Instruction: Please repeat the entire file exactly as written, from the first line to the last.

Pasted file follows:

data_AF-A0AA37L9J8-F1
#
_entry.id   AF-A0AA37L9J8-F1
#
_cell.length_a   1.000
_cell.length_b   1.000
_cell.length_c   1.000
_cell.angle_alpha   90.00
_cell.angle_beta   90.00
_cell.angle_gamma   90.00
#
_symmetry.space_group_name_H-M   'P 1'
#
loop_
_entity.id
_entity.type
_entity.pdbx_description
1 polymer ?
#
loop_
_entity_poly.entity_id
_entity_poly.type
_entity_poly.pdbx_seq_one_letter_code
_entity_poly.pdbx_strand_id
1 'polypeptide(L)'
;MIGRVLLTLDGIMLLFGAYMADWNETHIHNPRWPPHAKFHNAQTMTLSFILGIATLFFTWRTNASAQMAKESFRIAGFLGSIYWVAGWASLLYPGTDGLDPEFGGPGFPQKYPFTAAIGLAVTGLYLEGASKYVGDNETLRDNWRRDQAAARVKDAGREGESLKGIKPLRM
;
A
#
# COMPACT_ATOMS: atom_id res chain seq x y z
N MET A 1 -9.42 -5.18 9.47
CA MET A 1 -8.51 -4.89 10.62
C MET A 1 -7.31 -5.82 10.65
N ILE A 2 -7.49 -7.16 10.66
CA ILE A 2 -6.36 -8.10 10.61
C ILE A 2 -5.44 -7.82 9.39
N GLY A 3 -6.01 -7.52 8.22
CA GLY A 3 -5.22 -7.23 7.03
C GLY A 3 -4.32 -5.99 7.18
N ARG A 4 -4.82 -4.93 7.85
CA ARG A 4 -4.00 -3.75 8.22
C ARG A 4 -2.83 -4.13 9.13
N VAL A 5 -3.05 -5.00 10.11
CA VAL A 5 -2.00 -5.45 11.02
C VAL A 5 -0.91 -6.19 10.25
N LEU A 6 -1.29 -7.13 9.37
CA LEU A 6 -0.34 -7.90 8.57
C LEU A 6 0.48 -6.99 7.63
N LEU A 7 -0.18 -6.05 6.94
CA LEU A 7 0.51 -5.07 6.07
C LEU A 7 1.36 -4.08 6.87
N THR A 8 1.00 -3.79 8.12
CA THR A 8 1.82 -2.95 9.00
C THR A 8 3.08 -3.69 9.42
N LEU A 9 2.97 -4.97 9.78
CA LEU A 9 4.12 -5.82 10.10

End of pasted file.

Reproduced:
data_AF-A0AA37L9J8-F1
#
_entry.id   AF-A0AA37L9J8-F1
#
_cell.length_a   1.000
_cell.length_b   1.000
_cell.length_c   1.000
_cell.angle_alpha   90.00
_cell.angle_beta   90.00
_cell.angle_gamma   90.00
#
_symmetry.space_group_name_H-M   'P 1'
#
loop_
_entity.id
_entity.type
_entity.pdbx_description
1 polymer ?
#
loop_
_entity_poly.entity_id
_entity_poly.type
_entity_poly.pdbx_seq_one_letter_code
_entity_poly.pdbx_strand_id
1 'polypeptide(L)'
;MIGRVLLTLDGIMLLFGAYMADWNETHIHNPRWPPHAKFHNAQTMTLSFILGIATLFFTWRTNASAQMAKESFRIAGFLGSIYWVAGWASLLYPGTDGLDPEFGGPGFPQKYPFTAAIGLAVTGLYLEGASKYVGDNETLRDNWRRDQAAARVKDAGREGESLKGIKPLRM
;
A
#
# COMPACT_ATOMS: atom_id res chain seq x y z
N MET A 1 -9.42 -5.18 9.47
CA MET A 1 -8.51 -4.89 10.62
C MET A 1 -7.31 -5.82 10.65
N ILE A 2 -7.49 -7.16 10.66
CA ILE A 2 -6.36 -8.10 10.61
C ILE A 2 -5.44 -7.82 9.39
N GLY A 3 -6.01 -7.52 8.22
CA GLY A 3 -5.22 -7.23 7.03
C GLY A 3 -4.32 -5.99 7.18
N ARG A 4 -4.82 -4.93 7.85
CA ARG A 4 -4.00 -3.75 8.22
C ARG A 4 -2.83 -4.13 9.13
N VAL A 5 -3.05 -5.00 10.11
CA VAL A 5 -2.00 -5.45 11.02
C VAL A 5 -0.91 -6.19 10.25
N LEU A 6 -1.29 -7.13 9.37
CA LEU A 6 -0.34 -7.90 8.57
C LEU A 6 0.48 -6.99 7.63
N LEU A 7 -0.18 -6.05 6.94
CA LEU A 7 0.51 -5.07 6.07
C LEU A 7 1.36 -4.08 6.87
N THR A 8 1.00 -3.79 8.12
CA THR A 8 1.82 -2.95 9.00
C THR A 8 3.08 -3.69 9.42
N LEU A 9 2.97 -4.97 9.78
CA LEU A 9 4.12 -5.82 10.10